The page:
7 mins

Welcome to the world's most complicated border crossing

Matthew Woodward arrives on the Russian/Chinese border to find a Kafka-esque world where he has to question everything and trust no-one

Zabailask border crossing (Matthew Woodward)

Sergei hurries me off the train once we reach Zabailask, I have no idea why. I literally just grab my day bag and get off the train. There seem to be some immigration people here, but all they appear to be interested in at present is their lunch. I play it cool, and see if I can do the same.

Once inside the station, all I find is an empty waiting room next to an empty immigration room. There seem to be about six of us and I think the others are Chinese. The bad news is that I'm going to be here for an indeterminate number of hours – had I known I would have brought some more suitable clothes with me. The train is already being shunted away. I hope I get to see it (and my luggage) again.

Swiss chaps in China (Matthew Woodward)

I met a couple of very friendly Swiss chaps in the local station cafe. They have been on the train since Irkutsk but I have not seen them before. They must be living in a different time zone. One of them speaks a bit of Russian and a lot of Chinese, which to me is deeply impressive. It is like a super power and it must floor the average Chinese person. Just imagine the joys of negotiation – it must be like being telepathic! I drink cheap coffee with them and eat a "Manchurian Pasty", which contains an unexpected combination of hot dog sausage and mashed potato. 

Three hours later …

I'm none the wiser, but it turns out I need to get back on the train without completing any formalities, so I don't know why I had to leave the train in the first place. (I find out later that they have changed the bogies and wheels.) Sergei seems keen to have me back in his carriage without delay. He has changed into full uniform and even splashed some aftershave on. Does he know something I don't?

Some more hours later  …

This has proved to be one of my more stressful border crossings. Basically the Russian police thought that my passport might be forged, as it was valid for more than ten years. I tried to explain that if you replace a "full" passport in the UK before it expires you get to keep the remaining validity period on top of a new ten years, but it wasn't well understood.

Eventually a young customs officer acted as my translator and we got it all sorted out, but I could see the immigration officer didn't like my passport at all. She kept thumbing through my visas and just staring it me. It doesn't make much sense to me, as they let me into the country with a biometric visa and now I'm just trying to leave. Maybe they don't see too many UK passports on this particular border.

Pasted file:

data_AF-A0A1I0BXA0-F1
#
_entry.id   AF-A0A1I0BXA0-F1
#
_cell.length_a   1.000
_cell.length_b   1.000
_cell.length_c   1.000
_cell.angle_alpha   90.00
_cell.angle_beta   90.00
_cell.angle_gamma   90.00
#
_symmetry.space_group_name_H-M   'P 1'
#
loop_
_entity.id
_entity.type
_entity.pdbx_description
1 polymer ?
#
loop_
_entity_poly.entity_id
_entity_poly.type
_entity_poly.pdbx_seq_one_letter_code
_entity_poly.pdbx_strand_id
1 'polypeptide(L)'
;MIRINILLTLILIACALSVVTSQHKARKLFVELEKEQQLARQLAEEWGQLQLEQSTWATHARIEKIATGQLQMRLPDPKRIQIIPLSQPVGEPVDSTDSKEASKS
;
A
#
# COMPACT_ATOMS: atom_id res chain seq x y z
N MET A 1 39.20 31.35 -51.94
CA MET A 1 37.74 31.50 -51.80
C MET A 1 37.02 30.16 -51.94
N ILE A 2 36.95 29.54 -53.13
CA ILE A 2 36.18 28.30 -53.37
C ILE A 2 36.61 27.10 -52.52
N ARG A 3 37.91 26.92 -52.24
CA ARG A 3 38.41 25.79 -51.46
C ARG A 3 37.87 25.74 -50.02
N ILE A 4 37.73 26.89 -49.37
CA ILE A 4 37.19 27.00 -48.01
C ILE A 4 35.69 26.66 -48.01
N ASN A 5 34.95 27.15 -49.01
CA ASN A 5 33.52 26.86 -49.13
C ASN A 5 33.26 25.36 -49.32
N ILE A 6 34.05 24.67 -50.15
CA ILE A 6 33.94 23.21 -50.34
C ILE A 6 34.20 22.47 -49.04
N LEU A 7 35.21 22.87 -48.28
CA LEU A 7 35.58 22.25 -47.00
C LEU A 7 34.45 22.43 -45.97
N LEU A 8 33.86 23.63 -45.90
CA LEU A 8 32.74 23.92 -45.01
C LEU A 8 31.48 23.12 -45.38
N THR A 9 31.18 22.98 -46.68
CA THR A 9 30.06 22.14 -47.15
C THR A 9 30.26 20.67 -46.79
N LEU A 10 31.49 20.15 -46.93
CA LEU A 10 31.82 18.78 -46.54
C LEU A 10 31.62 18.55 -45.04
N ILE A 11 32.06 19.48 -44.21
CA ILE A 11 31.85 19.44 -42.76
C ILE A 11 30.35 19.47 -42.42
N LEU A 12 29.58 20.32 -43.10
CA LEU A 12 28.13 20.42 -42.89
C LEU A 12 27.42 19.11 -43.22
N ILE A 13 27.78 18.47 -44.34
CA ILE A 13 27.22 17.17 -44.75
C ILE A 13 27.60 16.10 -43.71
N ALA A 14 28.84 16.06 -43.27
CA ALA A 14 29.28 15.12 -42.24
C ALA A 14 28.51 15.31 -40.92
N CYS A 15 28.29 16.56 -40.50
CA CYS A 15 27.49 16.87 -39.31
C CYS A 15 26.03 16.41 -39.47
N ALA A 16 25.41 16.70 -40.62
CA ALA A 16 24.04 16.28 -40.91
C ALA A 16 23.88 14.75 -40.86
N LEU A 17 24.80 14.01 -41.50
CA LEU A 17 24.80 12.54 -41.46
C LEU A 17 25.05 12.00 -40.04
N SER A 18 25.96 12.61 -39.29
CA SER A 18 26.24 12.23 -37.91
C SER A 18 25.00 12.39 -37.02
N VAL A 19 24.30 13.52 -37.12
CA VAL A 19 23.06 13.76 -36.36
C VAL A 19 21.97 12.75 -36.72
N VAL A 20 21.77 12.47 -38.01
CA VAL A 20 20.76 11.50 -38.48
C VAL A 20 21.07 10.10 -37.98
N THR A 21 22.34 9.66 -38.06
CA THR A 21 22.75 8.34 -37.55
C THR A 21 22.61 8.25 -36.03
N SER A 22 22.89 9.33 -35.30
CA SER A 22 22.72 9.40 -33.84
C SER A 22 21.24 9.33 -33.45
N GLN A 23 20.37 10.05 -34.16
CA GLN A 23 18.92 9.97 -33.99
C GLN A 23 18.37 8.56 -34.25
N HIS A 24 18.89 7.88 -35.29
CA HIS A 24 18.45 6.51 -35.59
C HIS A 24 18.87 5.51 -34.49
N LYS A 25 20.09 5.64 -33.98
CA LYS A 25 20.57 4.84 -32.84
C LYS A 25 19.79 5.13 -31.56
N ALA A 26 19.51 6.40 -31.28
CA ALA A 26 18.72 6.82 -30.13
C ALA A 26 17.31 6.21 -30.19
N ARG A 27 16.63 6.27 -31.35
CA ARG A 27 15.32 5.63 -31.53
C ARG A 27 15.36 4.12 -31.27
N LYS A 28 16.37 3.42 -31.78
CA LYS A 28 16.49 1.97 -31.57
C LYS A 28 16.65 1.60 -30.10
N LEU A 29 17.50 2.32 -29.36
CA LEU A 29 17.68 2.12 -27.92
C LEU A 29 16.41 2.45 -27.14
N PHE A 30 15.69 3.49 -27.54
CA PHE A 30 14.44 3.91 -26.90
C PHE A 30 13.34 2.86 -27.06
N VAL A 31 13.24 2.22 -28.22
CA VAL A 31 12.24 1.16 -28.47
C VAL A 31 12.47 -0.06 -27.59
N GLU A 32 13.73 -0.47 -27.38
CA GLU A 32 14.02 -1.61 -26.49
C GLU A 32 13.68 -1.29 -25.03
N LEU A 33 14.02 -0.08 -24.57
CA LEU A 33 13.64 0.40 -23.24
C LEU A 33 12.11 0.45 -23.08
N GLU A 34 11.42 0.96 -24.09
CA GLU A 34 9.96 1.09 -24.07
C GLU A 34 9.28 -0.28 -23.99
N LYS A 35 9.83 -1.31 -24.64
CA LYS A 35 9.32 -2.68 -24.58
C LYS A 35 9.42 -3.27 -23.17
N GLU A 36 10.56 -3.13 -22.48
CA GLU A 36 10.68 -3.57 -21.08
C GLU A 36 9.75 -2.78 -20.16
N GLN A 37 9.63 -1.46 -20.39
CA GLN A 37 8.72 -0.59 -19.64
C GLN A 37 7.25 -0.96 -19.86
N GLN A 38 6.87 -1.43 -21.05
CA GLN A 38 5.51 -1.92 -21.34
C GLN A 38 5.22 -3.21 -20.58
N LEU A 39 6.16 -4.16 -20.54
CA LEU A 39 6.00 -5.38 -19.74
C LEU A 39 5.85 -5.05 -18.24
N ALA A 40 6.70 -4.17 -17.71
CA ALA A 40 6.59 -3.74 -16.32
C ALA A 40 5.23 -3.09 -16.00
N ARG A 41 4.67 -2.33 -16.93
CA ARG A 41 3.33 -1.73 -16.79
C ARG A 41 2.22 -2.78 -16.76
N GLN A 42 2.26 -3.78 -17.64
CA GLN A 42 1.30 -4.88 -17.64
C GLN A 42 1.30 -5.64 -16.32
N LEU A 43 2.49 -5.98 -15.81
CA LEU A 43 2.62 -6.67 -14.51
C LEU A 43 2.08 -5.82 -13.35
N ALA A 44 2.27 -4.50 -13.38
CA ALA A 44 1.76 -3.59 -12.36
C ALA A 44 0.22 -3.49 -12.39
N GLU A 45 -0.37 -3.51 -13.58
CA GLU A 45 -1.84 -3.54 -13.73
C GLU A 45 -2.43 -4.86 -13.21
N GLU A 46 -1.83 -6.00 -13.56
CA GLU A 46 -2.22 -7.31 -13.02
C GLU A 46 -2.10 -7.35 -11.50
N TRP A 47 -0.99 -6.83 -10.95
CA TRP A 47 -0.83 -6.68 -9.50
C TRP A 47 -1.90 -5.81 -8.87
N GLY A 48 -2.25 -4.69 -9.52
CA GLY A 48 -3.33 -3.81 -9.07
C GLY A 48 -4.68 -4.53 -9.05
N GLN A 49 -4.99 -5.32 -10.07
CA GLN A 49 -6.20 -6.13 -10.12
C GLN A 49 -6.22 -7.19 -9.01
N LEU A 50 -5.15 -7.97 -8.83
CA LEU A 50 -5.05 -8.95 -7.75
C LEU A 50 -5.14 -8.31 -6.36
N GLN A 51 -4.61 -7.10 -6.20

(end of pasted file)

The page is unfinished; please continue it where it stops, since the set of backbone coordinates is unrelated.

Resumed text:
Having said that, I understand that I'm doing it the easy way – if you come from China into Russia over this frontier I'm led to believe that it can be a proper grilling!

In other news, the customs people have had the train in bits, literally. They even walked over the roof of the carriage. Most of them have left now. I'm sat in the dark amidst a pile of my clothes and gear, listening to the occasional footstep overhead, wondering what treat we have in store next.

A couple more hours later …

We have been shunted into "No Mans Land". There are cameras and lights everywhere: cameras watching cameras even. In another railway first, a single carriage Chinese train with the immigration team on board approach on the other line and get onto our train whilst it is still in No Mans Land.

It all feels so Cold War, but I am immediately put at ease when the first Chinese person I meet wishes me a "Happy Christmas" when he finds out I am from the UK. They have no problem with my passport but give my luggage a thorough search.

Not worth as much as it should (Matthew Woodward)

Once we get into Manchzhuriya, on the Chinese side of the frontier, Sergei explains that the train is going to be here for a few more hours and I can get off and wander about. I wonder what there might be to do in such a place, but I follow him into the station anyway, as he knows where to find a black market currency trader. It's a husband and wife team with a money counting machine and a big calculator on top of some upturned cardboard boxes. They rip me off. Note to self: don’t trust Chinese black market currency traders.

I sit in my compartment for the evening whilst going absolutely nowhere. We have no electricity and no hot water, so I eat an emergency can of corned beef and have a couple of glasses of cheap Spanish wine that I have (legally) smuggled in from Moscow.

I smile and remind myself that I have endured 11 hours of red tape and hassle without any complaint and give myself a little pat on the back. 

More like this

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The restaurant at the end of the Trans-Manchurian Express

Why you should never wash your hands on the Trans-Siberian Express

Matthew Woodward has completed several amazing long distance rail adventures using the Trans-Siberian railway and onward across Asia. From from his home in Edinburgh he has reached Shanghai, Singapore and Tokyo and is now headed for Tibet. His blog can be found at Toad's Travel Adventures.

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